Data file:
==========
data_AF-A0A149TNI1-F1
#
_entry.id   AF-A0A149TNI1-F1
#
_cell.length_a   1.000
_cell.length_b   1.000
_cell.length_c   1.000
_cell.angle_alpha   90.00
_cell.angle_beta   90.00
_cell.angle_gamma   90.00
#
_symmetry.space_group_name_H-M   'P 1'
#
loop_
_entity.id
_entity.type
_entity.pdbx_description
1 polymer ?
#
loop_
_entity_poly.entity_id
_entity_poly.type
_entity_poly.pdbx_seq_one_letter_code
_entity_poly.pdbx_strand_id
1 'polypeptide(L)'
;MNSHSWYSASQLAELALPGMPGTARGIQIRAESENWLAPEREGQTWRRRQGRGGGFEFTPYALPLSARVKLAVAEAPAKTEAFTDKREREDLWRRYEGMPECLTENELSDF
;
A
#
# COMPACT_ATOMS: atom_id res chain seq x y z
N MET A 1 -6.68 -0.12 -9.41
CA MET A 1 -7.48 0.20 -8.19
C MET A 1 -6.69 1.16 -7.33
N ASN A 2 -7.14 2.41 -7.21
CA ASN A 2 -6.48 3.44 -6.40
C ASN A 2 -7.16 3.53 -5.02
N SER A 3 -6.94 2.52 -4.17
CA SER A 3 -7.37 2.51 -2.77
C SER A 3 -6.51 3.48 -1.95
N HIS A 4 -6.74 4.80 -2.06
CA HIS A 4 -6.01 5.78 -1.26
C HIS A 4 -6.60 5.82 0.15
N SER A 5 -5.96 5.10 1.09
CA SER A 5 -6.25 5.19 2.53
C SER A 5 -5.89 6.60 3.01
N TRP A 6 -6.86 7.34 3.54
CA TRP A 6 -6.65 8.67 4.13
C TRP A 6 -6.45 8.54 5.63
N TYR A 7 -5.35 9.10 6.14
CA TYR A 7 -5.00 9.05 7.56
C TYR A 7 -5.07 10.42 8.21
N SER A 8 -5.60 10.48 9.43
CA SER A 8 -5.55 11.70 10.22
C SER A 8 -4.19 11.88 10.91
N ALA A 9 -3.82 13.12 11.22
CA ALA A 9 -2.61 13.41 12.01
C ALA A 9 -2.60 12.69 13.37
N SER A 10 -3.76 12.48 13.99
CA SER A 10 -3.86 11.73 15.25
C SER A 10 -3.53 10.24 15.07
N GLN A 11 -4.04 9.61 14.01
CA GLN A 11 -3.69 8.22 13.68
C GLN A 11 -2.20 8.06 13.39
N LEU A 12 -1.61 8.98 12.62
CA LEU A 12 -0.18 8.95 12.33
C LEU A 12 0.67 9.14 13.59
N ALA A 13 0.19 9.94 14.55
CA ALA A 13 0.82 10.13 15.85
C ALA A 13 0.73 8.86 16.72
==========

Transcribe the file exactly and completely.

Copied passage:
data_AF-A0A149TNI1-F1
#
_entry.id   AF-A0A149TNI1-F1
#
_cell.length_a   1.000
_cell.length_b   1.000
_cell.length_c   1.000
_cell.angle_alpha   90.00
_cell.angle_beta   90.00
_cell.angle_gamma   90.00
#
_symmetry.space_group_name_H-M   'P 1'
#
loop_
_entity.id
_entity.type
_entity.pdbx_description
1 polymer ?
#
loop_
_entity_poly.entity_id
_entity_poly.type
_entity_poly.pdbx_seq_one_letter_code
_entity_poly.pdbx_strand_id
1 'polypeptide(L)'
;MNSHSWYSASQLAELALPGMPGTARGIQIRAESENWLAPEREGQTWRRRQGRGGGFEFTPYALPLSARVKLAVAEAPAKTEAFTDKREREDLWRRYEGMPECLTENELSDF
;
A
#
# COMPACT_ATOMS: atom_id res chain seq x y z
N MET A 1 -6.68 -0.12 -9.41
CA MET A 1 -7.48 0.20 -8.19
C MET A 1 -6.69 1.16 -7.33
N ASN A 2 -7.14 2.41 -7.21
CA ASN A 2 -6.48 3.44 -6.40
C ASN A 2 -7.16 3.53 -5.02
N SER A 3 -6.94 2.52 -4.17
CA SER A 3 -7.37 2.51 -2.77
C SER A 3 -6.51 3.48 -1.95
N HIS A 4 -6.74 4.80 -2.06
CA HIS A 4 -6.01 5.78 -1.26
C HIS A 4 -6.60 5.82 0.15
N SER A 5 -5.96 5.10 1.09
CA SER A 5 -6.25 5.19 2.53
C SER A 5 -5.89 6.60 3.01
N TRP A 6 -6.86 7.34 3.54
CA TRP A 6 -6.65 8.67 4.13
C TRP A 6 -6.45 8.54 5.63
N TYR A 7 -5.35 9.10 6.14
CA TYR A 7 -5.00 9.05 7.56
C TYR A 7 -5.07 10.42 8.21
N SER A 8 -5.60 10.48 9.43
CA SER A 8 -5.55 11.70 10.22
C SER A 8 -4.19 11.88 10.91
N ALA A 9 -3.82 13.12 11.22
CA ALA A 9 -2.61 13.41 12.01
C ALA A 9 -2.60 12.69 13.37
N SER A 10 -3.76 12.48 13.99
CA SER A 10 -3.86 11.73 15.25
C SER A 10 -3.53 10.24 15.07
N GLN A 11 -4.04 9.61 14.01
CA GLN A 11 -3.69 8.22 13.68
C GLN A 11 -2.20 8.06 13.39
N LEU A 12 -1.61 8.98 12.62
CA LEU A 12 -0.18 8.95 12.33
C LEU A 12 0.67 9.14 13.59
N ALA A 13 0.19 9.94 14.55
CA ALA A 13 0.82 10.13 15.85
C ALA A 13 0.73 8.86 16.72